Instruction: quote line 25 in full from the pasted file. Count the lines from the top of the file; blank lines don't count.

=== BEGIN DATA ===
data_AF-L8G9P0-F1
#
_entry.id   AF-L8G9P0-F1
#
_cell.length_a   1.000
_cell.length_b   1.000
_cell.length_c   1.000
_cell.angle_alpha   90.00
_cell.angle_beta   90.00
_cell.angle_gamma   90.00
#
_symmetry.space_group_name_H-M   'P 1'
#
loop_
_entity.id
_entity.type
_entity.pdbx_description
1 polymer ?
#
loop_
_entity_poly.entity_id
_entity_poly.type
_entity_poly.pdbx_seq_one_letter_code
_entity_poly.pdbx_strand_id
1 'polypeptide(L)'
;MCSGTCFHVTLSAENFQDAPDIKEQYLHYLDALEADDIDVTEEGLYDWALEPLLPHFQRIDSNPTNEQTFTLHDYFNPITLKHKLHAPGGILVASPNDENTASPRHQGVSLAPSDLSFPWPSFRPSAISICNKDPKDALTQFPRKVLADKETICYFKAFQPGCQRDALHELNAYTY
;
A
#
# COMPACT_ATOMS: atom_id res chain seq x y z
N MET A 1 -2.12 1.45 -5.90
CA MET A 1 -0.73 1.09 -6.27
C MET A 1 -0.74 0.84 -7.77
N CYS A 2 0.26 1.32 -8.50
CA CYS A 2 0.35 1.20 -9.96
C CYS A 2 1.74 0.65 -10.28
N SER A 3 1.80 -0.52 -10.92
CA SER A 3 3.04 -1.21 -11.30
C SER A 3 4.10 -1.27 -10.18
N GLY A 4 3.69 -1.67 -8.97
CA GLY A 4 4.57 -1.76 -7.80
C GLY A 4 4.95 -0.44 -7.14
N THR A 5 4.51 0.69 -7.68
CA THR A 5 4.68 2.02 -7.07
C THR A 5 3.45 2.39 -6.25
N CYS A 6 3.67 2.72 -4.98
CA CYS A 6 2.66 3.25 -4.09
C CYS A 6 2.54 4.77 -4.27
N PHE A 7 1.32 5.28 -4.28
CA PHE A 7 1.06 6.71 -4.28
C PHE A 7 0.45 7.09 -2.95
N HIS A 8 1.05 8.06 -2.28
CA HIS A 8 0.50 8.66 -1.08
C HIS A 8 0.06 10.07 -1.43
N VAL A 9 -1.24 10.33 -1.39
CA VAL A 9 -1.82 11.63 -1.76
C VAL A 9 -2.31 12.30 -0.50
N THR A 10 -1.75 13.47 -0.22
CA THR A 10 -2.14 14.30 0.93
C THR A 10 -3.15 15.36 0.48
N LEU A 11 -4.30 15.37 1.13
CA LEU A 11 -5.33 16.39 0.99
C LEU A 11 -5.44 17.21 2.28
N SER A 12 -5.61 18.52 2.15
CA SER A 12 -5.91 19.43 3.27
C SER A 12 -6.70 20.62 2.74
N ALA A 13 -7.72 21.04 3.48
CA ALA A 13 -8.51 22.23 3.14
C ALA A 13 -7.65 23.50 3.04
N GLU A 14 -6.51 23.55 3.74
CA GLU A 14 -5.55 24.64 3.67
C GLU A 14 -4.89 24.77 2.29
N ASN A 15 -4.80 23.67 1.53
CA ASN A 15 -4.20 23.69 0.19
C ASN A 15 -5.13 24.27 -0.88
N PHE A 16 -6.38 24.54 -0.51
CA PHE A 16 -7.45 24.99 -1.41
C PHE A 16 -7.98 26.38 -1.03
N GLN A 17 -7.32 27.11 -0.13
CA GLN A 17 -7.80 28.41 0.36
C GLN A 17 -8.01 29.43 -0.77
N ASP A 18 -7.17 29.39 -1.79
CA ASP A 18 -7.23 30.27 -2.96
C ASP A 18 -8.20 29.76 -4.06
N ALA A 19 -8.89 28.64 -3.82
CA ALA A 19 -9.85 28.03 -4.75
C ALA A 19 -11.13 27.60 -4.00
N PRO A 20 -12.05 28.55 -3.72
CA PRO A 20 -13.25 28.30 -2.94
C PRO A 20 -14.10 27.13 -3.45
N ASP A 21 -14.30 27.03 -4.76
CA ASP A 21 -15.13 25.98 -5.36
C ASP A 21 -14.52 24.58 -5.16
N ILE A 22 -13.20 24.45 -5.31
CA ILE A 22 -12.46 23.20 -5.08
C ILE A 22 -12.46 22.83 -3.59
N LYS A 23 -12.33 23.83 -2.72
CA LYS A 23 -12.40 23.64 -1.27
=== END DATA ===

1 'polypeptide(L)'